Abstract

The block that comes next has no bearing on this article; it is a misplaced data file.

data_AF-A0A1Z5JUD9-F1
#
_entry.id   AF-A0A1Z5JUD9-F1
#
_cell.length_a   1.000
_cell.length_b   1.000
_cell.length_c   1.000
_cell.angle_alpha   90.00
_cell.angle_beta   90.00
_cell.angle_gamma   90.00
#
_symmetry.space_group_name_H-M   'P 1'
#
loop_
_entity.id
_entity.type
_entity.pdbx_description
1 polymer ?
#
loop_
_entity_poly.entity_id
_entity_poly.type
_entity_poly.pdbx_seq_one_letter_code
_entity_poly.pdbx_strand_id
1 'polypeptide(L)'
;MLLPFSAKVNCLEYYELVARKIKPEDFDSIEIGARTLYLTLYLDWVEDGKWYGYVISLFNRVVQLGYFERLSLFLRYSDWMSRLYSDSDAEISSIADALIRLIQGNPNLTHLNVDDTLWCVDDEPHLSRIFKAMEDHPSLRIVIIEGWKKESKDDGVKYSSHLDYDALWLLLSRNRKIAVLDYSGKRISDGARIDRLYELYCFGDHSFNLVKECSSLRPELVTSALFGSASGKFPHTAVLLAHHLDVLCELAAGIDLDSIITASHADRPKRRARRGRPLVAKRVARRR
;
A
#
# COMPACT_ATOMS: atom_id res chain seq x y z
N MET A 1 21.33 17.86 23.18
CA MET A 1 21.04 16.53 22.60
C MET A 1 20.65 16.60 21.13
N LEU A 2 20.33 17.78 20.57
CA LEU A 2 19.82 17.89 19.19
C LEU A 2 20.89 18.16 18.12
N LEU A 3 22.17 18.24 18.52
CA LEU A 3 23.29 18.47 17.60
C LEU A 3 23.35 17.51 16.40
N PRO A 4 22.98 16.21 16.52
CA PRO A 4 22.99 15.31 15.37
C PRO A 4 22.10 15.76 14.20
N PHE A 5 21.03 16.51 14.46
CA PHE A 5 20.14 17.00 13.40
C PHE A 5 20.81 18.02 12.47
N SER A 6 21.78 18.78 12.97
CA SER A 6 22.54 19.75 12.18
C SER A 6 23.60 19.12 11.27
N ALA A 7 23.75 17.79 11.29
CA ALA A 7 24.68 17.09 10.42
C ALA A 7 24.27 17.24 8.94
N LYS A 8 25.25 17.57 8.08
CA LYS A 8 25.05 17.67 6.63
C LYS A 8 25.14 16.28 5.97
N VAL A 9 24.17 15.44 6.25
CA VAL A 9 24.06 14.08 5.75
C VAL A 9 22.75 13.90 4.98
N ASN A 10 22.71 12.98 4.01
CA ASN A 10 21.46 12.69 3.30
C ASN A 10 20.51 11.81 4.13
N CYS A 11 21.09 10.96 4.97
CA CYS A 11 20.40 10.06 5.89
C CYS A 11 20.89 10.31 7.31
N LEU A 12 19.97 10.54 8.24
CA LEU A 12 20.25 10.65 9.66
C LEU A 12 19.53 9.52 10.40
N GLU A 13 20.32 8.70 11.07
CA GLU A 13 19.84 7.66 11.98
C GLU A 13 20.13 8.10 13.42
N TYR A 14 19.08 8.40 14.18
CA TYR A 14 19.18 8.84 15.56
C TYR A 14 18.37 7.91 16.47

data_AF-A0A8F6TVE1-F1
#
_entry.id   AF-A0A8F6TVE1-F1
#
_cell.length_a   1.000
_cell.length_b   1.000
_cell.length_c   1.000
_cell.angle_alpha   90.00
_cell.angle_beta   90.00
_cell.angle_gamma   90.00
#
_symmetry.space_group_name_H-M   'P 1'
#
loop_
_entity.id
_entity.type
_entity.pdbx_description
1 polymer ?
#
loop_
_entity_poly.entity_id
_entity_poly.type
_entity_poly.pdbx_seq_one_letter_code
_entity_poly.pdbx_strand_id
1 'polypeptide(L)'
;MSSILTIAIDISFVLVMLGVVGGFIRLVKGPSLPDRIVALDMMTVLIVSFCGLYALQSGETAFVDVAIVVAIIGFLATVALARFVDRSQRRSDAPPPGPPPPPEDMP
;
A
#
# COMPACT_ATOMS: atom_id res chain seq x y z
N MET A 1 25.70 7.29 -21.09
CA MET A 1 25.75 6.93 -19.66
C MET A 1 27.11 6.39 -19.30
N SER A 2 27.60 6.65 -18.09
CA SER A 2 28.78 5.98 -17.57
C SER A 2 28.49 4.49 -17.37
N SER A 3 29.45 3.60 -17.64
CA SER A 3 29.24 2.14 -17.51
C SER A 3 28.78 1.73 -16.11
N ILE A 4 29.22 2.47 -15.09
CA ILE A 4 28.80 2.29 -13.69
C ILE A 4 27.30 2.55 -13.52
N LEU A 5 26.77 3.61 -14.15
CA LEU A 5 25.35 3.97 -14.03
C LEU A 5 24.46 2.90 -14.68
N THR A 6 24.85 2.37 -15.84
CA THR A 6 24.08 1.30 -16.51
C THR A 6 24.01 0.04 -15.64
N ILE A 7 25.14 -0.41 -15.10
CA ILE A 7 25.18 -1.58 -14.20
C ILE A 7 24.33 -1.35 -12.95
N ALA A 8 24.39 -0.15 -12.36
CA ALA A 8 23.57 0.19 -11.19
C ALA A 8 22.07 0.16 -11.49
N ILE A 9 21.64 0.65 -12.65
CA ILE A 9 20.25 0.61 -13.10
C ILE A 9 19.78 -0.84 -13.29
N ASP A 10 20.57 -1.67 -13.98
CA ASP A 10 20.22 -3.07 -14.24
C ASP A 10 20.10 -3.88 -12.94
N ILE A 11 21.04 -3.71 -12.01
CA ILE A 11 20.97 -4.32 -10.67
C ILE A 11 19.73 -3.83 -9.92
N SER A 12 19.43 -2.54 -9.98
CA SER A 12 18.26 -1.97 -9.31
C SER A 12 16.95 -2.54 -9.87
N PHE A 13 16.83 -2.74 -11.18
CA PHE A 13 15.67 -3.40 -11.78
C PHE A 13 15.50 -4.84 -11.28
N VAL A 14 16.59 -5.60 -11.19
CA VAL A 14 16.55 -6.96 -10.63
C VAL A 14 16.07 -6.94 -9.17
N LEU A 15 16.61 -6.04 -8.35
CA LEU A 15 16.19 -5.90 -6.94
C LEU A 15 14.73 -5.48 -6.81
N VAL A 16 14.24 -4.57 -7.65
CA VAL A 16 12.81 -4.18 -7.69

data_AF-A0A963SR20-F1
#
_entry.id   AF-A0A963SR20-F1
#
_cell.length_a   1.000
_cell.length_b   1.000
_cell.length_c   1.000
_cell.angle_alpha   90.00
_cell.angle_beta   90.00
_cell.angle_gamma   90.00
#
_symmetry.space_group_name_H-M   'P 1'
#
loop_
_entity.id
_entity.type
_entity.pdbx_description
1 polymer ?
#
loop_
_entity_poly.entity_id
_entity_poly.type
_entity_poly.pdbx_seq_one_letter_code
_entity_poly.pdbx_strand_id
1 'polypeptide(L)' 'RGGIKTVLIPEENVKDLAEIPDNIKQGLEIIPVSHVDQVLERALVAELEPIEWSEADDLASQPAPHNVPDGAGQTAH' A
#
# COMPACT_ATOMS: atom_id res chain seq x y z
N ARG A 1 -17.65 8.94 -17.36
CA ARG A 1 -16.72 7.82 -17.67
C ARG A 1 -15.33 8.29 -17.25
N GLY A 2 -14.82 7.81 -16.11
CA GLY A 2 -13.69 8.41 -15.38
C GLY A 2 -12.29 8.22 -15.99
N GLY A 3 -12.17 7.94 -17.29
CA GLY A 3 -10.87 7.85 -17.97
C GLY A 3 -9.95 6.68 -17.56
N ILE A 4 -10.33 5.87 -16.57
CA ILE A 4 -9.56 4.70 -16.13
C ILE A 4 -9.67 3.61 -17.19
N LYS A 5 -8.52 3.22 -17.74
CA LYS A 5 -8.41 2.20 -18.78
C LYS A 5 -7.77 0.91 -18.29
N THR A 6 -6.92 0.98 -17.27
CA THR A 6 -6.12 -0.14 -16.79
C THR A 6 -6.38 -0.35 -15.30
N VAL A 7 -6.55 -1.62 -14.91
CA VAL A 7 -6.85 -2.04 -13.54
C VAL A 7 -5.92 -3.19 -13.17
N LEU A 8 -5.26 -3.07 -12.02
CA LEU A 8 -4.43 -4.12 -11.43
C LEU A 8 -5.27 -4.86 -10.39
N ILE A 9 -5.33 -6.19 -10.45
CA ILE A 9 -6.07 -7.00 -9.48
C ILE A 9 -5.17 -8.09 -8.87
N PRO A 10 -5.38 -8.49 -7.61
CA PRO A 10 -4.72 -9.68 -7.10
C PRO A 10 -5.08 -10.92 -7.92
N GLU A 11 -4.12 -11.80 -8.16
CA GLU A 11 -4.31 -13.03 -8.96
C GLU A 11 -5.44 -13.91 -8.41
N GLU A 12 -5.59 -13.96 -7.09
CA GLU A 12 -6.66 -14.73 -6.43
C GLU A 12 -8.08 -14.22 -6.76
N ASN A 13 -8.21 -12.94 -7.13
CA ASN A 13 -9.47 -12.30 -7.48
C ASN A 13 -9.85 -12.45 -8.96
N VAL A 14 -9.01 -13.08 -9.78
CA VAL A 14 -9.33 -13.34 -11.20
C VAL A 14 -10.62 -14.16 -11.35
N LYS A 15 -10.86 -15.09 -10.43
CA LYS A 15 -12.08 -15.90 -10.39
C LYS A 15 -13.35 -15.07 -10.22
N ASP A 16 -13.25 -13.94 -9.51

Organic-rich hemipelagic shales of the lower Monterey Formation in the Salinas basin of central California record intervals of enhanced productivity and accumulation of fine-grained biogenic and clastic sediment under dysaerobic to anoxic conditions during the late early Miocene and early middle Miocene. Generally low oxygen conditions helped preserve abundant hydrogen-rich organic matter in laminated hemipelagic shales. These deposits are good potential oil source rocks, and consist primarily of (1) pelagic components (biogenic carbonate and silica, and marine organic matter), (2) fine-grained siliciclastic material transported mainly by sediment gravity processes, and (3) an associated assemblage of diagenetic phases. The following paragenetic sequence is observed: (1) shallow burial, with formation of glauconite, carbonate fluorapatite, pyrite, and iron-dolomite, and (2) deeper burial, with transformation of opal-CT to quartz, and precipitation of mixed layer illite/smectite, kaolinite, and chlorite. Sulfur and carbon isotope ratios from apatite suggest formation just beneath the sediment-water interface under anoxic to dysaerobic conditions. Kaolinite postdates, or is cogenetic with, diagenetic quartz and may be a dissolution product associated with the onset of thermal maturation and carboxylation of organic matter. Although conventional geochemical maturity measures suggest that these source rocks have not entered the main oil window, relatively early hydrocarbon generation is well documented from Monterey shales, and these rocks are likely a significant source of much Salinas basin oil.

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